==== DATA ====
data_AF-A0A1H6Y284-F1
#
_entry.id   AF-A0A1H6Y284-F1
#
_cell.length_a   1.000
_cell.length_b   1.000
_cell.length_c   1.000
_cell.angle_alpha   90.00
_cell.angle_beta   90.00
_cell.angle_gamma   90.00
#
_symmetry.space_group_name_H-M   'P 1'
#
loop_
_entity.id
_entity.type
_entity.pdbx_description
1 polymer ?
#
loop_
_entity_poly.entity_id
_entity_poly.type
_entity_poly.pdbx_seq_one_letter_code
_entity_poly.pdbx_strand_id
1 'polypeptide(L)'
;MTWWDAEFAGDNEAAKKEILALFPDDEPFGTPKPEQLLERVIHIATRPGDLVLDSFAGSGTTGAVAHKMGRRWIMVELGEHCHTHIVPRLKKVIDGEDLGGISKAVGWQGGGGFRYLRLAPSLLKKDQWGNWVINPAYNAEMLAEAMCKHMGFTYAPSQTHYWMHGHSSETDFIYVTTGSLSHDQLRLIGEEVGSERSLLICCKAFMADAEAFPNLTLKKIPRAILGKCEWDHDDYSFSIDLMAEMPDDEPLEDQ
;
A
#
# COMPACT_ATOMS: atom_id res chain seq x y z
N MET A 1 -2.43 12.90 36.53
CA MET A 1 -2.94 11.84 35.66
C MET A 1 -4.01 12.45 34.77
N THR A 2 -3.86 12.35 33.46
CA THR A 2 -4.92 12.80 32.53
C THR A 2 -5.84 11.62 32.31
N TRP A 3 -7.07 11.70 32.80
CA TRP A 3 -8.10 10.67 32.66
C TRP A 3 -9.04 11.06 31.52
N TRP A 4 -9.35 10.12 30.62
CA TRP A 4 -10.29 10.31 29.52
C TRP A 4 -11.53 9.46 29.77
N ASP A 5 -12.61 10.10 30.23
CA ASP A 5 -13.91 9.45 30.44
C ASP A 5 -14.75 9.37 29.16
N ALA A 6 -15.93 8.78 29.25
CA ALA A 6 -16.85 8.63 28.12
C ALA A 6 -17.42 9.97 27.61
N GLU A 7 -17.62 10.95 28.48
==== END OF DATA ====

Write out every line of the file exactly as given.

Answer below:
data_AF-A0A1H6Y284-F1
#
_entry.id   AF-A0A1H6Y284-F1
#
_cell.length_a   1.000
_cell.length_b   1.000
_cell.length_c   1.000
_cell.angle_alpha   90.00
_cell.angle_beta   90.00
_cell.angle_gamma   90.00
#
_symmetry.space_group_name_H-M   'P 1'
#
loop_
_entity.id
_entity.type
_entity.pdbx_description
1 polymer ?
#
loop_
_entity_poly.entity_id
_entity_poly.type
_entity_poly.pdbx_seq_one_letter_code
_entity_poly.pdbx_strand_id
1 'polypeptide(L)'
;MTWWDAEFAGDNEAAKKEILALFPDDEPFGTPKPEQLLERVIHIATRPGDLVLDSFAGSGTTGAVAHKMGRRWIMVELGEHCHTHIVPRLKKVIDGEDLGGISKAVGWQGGGGFRYLRLAPSLLKKDQWGNWVINPAYNAEMLAEAMCKHMGFTYAPSQTHYWMHGHSSETDFIYVTTGSLSHDQLRLIGEEVGSERSLLICCKAFMADAEAFPNLTLKKIPRAILGKCEWDHDDYSFSIDLMAEMPDDEPLEDQ
;
A
#
# COMPACT_ATOMS: atom_id res chain seq x y z
N MET A 1 -2.43 12.90 36.53
CA MET A 1 -2.94 11.84 35.66
C MET A 1 -4.01 12.45 34.77
N THR A 2 -3.86 12.35 33.46
CA THR A 2 -4.92 12.80 32.53
C THR A 2 -5.84 11.62 32.31
N TRP A 3 -7.07 11.70 32.80
CA TRP A 3 -8.10 10.67 32.66
C TRP A 3 -9.04 11.06 31.52
N TRP A 4 -9.35 10.12 30.62
CA TRP A 4 -10.29 10.31 29.52
C TRP A 4 -11.53 9.46 29.77
N ASP A 5 -12.61 10.10 30.23
CA ASP A 5 -13.91 9.45 30.44
C ASP A 5 -14.75 9.37 29.16
N ALA A 6 -15.93 8.78 29.25
CA ALA A 6 -16.85 8.63 28.12
C ALA A 6 -17.42 9.97 27.61
N GLU A 7 -17.62 10.95 28.48